US 3852911 A
A puppet is supported by a rigid, hollow member in which a puppet-manipulating rod is slideably and rotatably mounted for selectively moving different puppet limbs in accordance with the axial position of the rod and the direction of rotation thereof.
Description (OCR text may contain errors)
Unite States atent Sapkus et a1.
[ MANUALLY-MANIPULATED ANIMATED FIGURE TOY  Inventors: Jurgis Sapkus, Manhattan Beach; J.
Lewis Lewis, Pacific Palisades; Stephen W. Piurkowsky, Torrance; Dale P. Cleveland, Inglewood, all of Calif.
 Assignee: Mattel, Inc., Hawthorne, Calif.
 Filed: July 12, 1973  Appl. No.: 378,458
 US. Cl 46/126, 46/128, 46/140, 46/142, 46/148  Int. Cl A63h 7/00  Field of Search 46/119, 120, 126, 128, 46/134, 138,140, 142, 148
 References Cited UNITED STATES PATENTS 1,317,505 9/1919 Kessler 46/138 1,502,010 7/1924 Banks 1. 46/119 1,502,599 7/1924 Timmons 46/119 X [451 Dec. 10, 1974 1,580,993 4/1926 Beck 46/138 1,695,095 12/1928 Hall 46/138 2,725,671 12/1955 Morsch 46/138 X 3,410,024 11/1968 Stubbmann 46/119 X 3,492,759 2/1970 Lewis et a1 46/120 X 3,564,764 2/1971 Crosman et a1 46/126 FOREIGN PATENTS OR APPLICATIONS 73,453 11/1951 Denmark 46/126 821,310 4/1937 France 657,992 10/1951 Great Britain 46/126 Primary ExaminerL0uis G. Mancene Assistant Examiner-J. Q. Lever Attorney, Agent, or FirmMax E. Shirk; Stephen L. King  ABSTRACT A puppet is supported by a rigid, hollow member in which a puppet-manipulating rod is slideably and r0- tatably mounted for selectively moving different puppet limbs in accordance with the axial position of the rod and the direction of rotation thereof.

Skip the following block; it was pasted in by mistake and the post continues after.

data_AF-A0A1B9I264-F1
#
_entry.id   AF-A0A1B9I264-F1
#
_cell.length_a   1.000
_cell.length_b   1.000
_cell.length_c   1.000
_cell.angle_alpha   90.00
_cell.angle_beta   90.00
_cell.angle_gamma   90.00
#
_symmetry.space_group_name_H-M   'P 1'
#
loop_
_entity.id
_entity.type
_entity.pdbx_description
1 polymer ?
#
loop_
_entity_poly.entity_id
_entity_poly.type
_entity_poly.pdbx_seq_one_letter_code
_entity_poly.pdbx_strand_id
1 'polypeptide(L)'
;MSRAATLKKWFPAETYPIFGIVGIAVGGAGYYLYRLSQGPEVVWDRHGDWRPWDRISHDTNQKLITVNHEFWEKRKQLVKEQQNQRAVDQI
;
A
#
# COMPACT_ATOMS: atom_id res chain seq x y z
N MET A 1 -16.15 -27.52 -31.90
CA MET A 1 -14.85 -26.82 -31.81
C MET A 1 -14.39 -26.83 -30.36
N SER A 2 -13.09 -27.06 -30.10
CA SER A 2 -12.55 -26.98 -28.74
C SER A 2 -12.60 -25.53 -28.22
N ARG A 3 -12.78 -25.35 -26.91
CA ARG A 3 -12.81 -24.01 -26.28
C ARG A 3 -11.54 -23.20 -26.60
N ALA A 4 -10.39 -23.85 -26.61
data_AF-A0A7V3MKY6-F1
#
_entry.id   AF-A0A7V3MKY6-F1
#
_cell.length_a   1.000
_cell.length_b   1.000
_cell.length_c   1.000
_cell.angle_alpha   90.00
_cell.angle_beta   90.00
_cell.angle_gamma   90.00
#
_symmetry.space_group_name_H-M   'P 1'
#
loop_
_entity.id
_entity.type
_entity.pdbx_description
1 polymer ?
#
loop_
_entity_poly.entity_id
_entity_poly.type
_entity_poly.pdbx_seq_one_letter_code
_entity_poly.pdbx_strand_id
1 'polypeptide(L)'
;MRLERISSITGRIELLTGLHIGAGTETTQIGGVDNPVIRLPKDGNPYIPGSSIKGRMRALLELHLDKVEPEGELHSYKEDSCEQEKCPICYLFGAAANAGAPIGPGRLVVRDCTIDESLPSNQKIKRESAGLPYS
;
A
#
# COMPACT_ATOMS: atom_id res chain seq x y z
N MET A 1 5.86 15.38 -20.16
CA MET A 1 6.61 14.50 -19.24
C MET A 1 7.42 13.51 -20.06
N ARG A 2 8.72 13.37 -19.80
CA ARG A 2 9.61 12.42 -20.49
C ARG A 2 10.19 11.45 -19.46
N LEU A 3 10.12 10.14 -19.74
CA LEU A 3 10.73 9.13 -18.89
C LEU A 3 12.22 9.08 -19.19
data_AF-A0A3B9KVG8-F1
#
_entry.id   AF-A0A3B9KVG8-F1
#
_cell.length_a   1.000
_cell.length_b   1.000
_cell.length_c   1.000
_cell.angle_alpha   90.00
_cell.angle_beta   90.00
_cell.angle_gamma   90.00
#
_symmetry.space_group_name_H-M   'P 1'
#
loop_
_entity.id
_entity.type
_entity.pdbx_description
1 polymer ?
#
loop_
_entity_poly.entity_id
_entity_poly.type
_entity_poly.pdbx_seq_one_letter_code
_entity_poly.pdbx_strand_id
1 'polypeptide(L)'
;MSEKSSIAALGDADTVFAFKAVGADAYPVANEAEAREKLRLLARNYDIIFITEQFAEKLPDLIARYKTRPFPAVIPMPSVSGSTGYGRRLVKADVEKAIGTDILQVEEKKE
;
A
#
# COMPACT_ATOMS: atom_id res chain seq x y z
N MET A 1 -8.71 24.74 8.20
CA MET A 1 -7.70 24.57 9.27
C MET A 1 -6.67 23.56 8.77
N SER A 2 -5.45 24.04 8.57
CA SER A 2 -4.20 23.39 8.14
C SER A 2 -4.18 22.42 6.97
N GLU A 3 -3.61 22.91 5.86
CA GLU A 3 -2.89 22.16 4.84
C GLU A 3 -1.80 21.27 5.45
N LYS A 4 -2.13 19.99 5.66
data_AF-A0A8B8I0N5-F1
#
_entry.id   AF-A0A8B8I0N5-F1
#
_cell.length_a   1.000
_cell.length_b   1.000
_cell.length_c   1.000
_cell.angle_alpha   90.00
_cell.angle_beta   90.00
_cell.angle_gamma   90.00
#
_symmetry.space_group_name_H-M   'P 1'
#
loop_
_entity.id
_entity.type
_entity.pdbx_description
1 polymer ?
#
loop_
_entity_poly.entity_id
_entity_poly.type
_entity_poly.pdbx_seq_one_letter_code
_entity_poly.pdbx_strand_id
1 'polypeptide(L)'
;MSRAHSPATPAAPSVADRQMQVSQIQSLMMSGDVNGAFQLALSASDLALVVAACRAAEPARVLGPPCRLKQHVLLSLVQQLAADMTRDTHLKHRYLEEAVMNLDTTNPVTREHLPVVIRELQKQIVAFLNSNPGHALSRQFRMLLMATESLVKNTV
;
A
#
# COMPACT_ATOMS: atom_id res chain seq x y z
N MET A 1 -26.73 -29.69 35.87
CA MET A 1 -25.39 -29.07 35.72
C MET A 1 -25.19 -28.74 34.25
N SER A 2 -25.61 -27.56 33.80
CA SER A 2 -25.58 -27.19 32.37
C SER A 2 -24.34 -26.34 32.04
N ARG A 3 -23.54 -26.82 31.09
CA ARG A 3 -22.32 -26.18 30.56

4 Claims, 14 Drawing Figures PATENIED an: 10 I974 31352.91 1
SHEH 1 (IF 6 TOY BACKGROUND OF THE INVENTION The background of the invention will be set forth in two parts. I
1. Field of the Invention The present invention pertains generally to the field of manually-manipulated animated figure toys and more particularly to a puppet which is supported by a rigid, hollow member in which a puppet-manipulating rod is slideably and rotatably mounted.
2. Description of the Prior Art The prior art known to Applicant is listed by way of illustration, but not of limitation, in separate communication to the US. Patent Office.
Among this prior art are British patent No. 657,992 and US. Pat. Nos. 3,298,131 and 3,564,764. These patents disclose puppets having a rigid member extending from the body of the puppet for supporting the puppet while it is manipulated by means which either extend through the rigid member or are otherwise associated with it.
The present invention exemplifies improvements over puppets of this type.
SUMMARY OF THE INVENTION:
According to the present invention, two embodiments of-a manually-manipulated animated figure toy are disclosed. In each embodiment, a puppet is supported by a hollow, rigid tubular member in which an operating rod is rotatably and reciprocably mounted for manipulation by an operator.
The rod has a first end extending to a position inside the body of the puppet and a second, free end extending to a position beyond the free end of the hollow, rigid tubular member.
Each embodiment also includes means connecting the first end of the rod to the head, legs and arms so that the head may be rotated by moving the rod axially so that the legs and arms may be selectively moved, depending upon the axial position of the rod and the direction in which it is rotated. In a first embodiment, these connecting means comprise gears and gear sectors and in the second embodiment these means comprise swingable arms and strings or cords.
Each embodiment includes a fixed lower jaw and a swingable upper jaw. In the first embodiment, the upper jaw may be swung upwardly away from the lower jaw by operating a Bowden cable which extends through the rod. In the second embodiment, the upper jaw is connected to the rod by a string in such a manner that the jaw may be swung upwardly by rotating the rod in a predetermined direction.